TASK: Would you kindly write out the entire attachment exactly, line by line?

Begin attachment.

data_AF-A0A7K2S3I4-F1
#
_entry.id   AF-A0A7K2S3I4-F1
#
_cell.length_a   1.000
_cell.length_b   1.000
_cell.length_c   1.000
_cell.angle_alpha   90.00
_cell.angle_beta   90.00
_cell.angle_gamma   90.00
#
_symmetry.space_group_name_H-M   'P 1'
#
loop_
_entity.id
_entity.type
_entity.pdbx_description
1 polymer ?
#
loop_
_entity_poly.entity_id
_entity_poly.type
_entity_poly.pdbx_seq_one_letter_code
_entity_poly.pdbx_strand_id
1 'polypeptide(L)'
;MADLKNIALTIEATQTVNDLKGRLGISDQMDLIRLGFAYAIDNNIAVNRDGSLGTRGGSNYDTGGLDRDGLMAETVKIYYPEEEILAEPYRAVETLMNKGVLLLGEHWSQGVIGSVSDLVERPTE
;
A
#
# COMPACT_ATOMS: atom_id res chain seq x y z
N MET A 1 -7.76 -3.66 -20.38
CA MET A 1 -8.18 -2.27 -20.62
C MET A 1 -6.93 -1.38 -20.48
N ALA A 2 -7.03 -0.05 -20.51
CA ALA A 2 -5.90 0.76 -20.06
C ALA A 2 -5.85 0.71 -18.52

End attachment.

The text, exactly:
data_AF-A0A7K2S3I4-F1
#
_entry.id   AF-A0A7K2S3I4-F1
#
_cell.length_a   1.000
_cell.length_b   1.000
_cell.length_c   1.000
_cell.angle_alpha   90.00
_cell.angle_beta   90.00
_cell.angle_gamma   90.00
#
_symmetry.space_group_name_H-M   'P 1'
#
loop_
_entity.id
_entity.type
_entity.pdbx_description
1 polymer ?
#
loop_
_entity_poly.entity_id
_entity_poly.type
_entity_poly.pdbx_seq_one_letter_code
_entity_poly.pdbx_strand_id
1 'polypeptide(L)'
;MADLKNIALTIEATQTVNDLKGRLGISDQMDLIRLGFAYAIDNNIAVNRDGSLGTRGGSNYDTGGLDRDGLMAETVKIYYPEEEILAEPYRAVETLMNKGVLLLGEHWSQGVIGSVSDLVERPTE
;
A
#
# COMPACT_ATOMS: atom_id res chain seq x y z
N MET A 1 -7.76 -3.66 -20.38
CA MET A 1 -8.18 -2.27 -20.62
C MET A 1 -6.93 -1.38 -20.48
N ALA A 2 -7.03 -0.05 -20.51
CA ALA A 2 -5.90 0.76 -20.06
C ALA A 2 -5.85 0.71 -18.52